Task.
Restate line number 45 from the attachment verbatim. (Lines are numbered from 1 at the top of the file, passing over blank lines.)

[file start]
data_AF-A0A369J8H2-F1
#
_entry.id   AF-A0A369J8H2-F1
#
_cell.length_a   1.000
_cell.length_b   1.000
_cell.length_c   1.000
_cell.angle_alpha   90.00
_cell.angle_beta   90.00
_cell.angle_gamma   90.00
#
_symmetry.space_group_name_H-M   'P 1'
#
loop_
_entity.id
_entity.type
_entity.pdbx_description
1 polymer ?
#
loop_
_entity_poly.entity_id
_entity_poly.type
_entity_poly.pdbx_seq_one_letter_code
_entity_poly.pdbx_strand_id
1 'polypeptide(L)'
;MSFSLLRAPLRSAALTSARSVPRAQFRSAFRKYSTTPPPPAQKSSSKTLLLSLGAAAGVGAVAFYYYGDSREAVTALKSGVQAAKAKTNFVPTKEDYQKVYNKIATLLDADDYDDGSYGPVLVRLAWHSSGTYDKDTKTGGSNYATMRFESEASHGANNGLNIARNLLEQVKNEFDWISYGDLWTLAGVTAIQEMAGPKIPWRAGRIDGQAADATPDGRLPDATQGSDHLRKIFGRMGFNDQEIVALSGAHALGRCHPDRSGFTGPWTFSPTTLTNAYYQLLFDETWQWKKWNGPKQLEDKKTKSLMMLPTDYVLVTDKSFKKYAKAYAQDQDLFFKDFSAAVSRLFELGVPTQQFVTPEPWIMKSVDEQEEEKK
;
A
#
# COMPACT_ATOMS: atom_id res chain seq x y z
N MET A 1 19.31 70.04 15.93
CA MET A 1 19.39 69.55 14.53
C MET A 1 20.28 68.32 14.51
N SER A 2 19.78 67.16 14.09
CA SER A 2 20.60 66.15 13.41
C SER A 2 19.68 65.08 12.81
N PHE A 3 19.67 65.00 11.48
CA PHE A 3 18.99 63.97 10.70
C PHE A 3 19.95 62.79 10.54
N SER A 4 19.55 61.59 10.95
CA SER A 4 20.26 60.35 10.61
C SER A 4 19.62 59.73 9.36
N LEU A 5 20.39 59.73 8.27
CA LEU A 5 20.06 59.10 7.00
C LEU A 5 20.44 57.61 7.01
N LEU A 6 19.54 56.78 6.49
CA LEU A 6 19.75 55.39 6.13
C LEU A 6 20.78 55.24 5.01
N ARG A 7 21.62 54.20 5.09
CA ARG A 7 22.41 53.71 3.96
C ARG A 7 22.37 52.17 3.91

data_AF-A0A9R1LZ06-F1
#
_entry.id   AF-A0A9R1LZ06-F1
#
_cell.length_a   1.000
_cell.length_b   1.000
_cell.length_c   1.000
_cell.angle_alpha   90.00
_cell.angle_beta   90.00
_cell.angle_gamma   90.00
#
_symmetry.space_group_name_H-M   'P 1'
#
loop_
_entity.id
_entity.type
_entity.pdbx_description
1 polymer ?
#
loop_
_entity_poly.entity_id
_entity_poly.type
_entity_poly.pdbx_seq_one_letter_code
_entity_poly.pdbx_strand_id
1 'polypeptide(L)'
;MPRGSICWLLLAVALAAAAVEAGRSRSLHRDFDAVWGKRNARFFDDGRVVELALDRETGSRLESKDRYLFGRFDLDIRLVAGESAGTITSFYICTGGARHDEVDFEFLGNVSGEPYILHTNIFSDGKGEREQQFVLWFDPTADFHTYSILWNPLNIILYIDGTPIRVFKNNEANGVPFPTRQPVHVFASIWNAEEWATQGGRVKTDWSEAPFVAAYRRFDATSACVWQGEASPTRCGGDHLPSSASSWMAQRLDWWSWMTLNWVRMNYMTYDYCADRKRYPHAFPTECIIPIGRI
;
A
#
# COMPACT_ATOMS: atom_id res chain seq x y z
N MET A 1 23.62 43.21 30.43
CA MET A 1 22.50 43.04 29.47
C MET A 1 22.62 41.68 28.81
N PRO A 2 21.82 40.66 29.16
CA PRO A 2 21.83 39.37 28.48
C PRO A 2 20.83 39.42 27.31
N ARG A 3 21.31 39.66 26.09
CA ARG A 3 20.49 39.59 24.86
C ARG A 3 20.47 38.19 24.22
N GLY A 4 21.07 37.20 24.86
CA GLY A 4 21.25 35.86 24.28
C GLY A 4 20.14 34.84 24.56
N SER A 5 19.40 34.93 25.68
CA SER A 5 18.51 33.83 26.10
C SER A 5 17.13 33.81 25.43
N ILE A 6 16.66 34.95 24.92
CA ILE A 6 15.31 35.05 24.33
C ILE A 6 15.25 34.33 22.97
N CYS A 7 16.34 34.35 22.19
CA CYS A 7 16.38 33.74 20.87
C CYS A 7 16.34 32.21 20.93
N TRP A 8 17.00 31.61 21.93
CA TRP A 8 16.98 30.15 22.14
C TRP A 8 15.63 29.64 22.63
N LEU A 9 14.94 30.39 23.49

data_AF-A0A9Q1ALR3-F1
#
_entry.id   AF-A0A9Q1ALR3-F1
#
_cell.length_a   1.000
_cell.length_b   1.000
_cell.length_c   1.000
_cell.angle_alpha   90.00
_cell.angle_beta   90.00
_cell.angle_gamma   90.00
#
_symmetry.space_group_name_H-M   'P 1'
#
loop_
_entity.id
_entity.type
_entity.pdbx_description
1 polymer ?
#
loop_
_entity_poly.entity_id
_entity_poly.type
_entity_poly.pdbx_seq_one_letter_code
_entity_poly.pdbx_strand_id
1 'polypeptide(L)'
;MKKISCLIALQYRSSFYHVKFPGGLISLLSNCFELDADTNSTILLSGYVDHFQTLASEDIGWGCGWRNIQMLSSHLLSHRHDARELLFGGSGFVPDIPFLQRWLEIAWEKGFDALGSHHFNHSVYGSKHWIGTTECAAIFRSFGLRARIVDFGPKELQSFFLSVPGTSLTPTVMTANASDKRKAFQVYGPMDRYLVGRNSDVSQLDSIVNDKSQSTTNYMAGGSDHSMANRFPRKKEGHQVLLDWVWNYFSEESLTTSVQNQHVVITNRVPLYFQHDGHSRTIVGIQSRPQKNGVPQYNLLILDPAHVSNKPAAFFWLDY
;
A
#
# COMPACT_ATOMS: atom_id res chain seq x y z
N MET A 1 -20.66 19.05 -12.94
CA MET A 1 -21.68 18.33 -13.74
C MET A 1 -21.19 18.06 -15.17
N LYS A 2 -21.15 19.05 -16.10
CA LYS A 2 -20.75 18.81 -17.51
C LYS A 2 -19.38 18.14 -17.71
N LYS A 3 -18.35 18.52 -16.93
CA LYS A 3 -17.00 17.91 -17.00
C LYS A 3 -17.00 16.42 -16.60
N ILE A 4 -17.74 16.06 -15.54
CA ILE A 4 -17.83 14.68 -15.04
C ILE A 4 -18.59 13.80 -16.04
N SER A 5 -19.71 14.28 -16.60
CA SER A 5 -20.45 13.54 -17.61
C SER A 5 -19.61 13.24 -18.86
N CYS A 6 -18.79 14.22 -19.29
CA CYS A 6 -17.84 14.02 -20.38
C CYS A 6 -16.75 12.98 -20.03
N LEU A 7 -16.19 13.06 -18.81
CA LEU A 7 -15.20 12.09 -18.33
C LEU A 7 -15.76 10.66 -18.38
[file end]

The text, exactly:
C LEU A 5 20.44 57.61 7.01